By Al Timke
Jane Mayer wrote a book entitled “Dark Money” (https://goo.gl/mguzja) that goes into great detail about the way rich individuals and large corporations legally mold local, state and national public policy. The book documents the ways really big money dominates American politics. (The book has now been made available as a free pdf file at https://goo.gl/YDV2eK. Read it!) On POV, PBS recently aired a film of the same name, directed and produced by Kimberly Reed, that illustrates !how this works in day-to-day American politics. (View at https://www.pbs.org/pov/darkmoney/video/darkmoney/)
Especially since the 2010 “Citizens United” Supreme Court decision, unlimited amounts of money can be spent in support of pollitical candidates and on lobbying without the donors being disclosed, even if they are foreign donors.
To begin with, the Supreme Court decided in Citizens United that organizations created through provisions of U.S. and state law have the same constitutional rights as human beings. Although they are artificial legal entities, they have rights, the argument goes, that go above and beyond the government-issued charter that created them, including the right to free speech. (Look for that in any organization’s charter.) This was held even though governments rightly have the authority to revoke the charters the governments issued and they don’t (as yet) have the authority to revoke our “charters” as human beings.
Also, money was equated with free speech, so a limit on spending was held to be a limit on an organization’s free speech. Following this logic, the super-wealthy get to have a lot more free speech than the rest of us. You know, people like our “president,” and his gold-plated cabinet officers, not to menton all of their friends and business associates. You might even suspect this had something to do with the giant tax breaks congress recently passed for the people on the top rung of the income ladder. You think? No wonder they are allowed to peddle their influence anonymously.
To make it worse, this is often done through 501(c)4 public interest “charitable,” “social welfare” organizations (e.g., think tanks like the Koch brothers’ Americans for Prosperity. That means donations to these organizations are tax deductible.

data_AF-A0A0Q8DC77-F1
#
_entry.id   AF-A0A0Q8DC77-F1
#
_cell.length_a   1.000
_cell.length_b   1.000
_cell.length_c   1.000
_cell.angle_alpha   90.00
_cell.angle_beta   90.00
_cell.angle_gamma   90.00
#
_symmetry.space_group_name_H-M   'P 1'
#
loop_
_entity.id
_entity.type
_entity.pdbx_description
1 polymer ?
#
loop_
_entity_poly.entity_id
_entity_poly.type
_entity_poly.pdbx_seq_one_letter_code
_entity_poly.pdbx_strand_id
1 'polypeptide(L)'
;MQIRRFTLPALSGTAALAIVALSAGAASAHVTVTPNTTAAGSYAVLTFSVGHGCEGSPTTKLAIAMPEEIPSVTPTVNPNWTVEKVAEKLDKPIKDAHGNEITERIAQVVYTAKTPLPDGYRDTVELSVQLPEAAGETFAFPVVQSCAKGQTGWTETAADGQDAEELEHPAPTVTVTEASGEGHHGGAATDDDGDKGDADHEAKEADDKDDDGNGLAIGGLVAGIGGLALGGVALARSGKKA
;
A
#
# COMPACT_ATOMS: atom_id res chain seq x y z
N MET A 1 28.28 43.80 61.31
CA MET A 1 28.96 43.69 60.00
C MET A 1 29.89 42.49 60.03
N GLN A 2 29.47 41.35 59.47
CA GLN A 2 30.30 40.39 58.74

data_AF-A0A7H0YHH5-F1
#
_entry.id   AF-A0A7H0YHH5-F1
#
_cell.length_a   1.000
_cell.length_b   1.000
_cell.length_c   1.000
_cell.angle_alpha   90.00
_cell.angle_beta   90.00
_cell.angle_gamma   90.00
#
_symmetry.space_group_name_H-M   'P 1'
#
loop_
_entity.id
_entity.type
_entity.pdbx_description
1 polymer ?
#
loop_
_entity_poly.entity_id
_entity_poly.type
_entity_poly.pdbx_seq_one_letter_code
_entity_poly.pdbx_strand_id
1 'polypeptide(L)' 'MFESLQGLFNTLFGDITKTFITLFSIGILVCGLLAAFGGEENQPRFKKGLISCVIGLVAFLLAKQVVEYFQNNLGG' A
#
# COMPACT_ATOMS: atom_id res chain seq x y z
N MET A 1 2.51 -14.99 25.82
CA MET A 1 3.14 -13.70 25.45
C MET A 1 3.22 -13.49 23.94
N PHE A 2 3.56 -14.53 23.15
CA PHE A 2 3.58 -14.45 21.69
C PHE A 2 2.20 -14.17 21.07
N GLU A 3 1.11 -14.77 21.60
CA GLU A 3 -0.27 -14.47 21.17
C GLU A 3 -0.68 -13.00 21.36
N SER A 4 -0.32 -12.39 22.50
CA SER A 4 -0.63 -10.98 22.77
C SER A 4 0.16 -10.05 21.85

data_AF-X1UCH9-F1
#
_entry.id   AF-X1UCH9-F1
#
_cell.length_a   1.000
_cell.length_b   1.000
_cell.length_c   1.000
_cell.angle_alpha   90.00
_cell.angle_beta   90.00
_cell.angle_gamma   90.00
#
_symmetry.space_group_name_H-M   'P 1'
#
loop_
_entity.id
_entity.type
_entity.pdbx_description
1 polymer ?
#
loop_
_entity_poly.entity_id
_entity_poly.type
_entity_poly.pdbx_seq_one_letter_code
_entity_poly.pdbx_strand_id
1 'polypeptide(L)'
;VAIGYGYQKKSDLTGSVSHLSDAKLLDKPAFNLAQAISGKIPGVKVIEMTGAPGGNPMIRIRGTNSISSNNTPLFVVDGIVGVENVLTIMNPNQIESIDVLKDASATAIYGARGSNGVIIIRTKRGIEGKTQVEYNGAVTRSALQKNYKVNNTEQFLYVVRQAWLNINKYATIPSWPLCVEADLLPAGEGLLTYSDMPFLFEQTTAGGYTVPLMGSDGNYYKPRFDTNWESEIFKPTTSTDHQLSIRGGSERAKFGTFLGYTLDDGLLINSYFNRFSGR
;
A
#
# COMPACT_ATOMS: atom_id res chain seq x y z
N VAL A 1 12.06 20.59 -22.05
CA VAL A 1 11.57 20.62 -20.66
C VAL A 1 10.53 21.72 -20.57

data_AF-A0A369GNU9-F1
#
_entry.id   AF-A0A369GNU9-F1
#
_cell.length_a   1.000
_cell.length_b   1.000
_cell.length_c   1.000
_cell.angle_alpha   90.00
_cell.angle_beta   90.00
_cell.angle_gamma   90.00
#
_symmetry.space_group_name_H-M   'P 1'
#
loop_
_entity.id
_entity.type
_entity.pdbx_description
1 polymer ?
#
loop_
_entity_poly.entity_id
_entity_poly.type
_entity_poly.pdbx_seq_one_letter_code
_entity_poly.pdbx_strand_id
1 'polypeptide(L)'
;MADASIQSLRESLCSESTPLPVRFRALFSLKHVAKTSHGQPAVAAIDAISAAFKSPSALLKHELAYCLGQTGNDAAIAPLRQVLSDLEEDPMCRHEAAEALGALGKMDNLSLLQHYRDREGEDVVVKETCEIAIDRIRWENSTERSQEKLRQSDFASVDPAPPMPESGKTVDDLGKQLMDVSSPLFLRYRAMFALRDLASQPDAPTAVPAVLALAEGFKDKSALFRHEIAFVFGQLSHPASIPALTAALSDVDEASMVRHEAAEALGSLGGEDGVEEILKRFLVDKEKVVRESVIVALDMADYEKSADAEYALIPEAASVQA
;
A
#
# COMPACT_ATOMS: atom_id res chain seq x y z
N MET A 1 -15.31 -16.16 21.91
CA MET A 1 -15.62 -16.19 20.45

By the time of the 2012 mid-term elections, the Kochs had “….. come up with a new and even cleverer way of masking the money. Rather than simply directing the funds through the maze of secretive nonprofit charities and social welfare groups that they had used during the 2010 campaign, they now established a more efficient method. They pooled much of the cash first in a form of nonprofit corporation that the tax code defined as a 501(c)(6), or a “business league.” The advantage of this umbrella organization, which they named the Association for American Innovation (AAI), was that donations to it could be classified as “membership dues” and to some extent get deducted as business expenses. As with contributions to a 501(c)(4), the law protected the donors’ anonymity. But as a business league, it fell outside the charitable trust purview of state attorneys general, further safeguarding the secrecy.” (Jane Mayer, “Dark Money”)
Either way, way that the rich can avoid paying their fair share of taxes, passing that burden on to the rest of us. We, in effect, subsidize political activity that is not in our interest.
With the confirmation of Brett Kavanaugh to a lifetime seat on the Supreme Court and the current administration busily packing the lower courts with conservative judges, reversing the effects of Citizens United through the courts will be an uphill slog.
But there are alternatives, and the work has begun. One examaple is the initiative of Move to Amend. (https://movetoamend.org/) They have proposed a constitutional amendment that would overturn Citizens United. It was introduced in the U.S. House of Representatives as House Joint Resolution 48 on January 30, 2017. Here is the full text:
House Joint Resolution 48
“Section 1. [Artificial Entities Such as Corporations Do Not Have Constitutional Rights]
The rights protected by the Constitution of the United States are the rights of natural persons only.
Artificial entities established by the laws of any State, the United States, or any foreign state shall have no rights under this Constitution and are subject to regulation by the People, through Federal, State, or local law.
Section 2. [Money is Not Free Speech]
Federal, State, and local government shall regulate, limit, or prohibit contributions and expenditures, including a candidate’s own contributions and expenditures, to ensure that all citizens, regardless of their economic status, have access to the political process, and that no person gains, as a result of their money, substantially more access or ability to influence in any way the election of any candidate for public office or any ballot measure.
Constitutional amendments can take years, given the intentional difficulty the founders built into the process, but the 26th Amendment – granting 18-year-olds the right to vote – took only three months and eight days. We can make it happen! Do your congressional representatives support the amendment, or have they already cashed the check?
In the more immediate future, we can push for legislation like the Montana bill mentioned in PBS’s Dark Money that require disclosure of donor identities.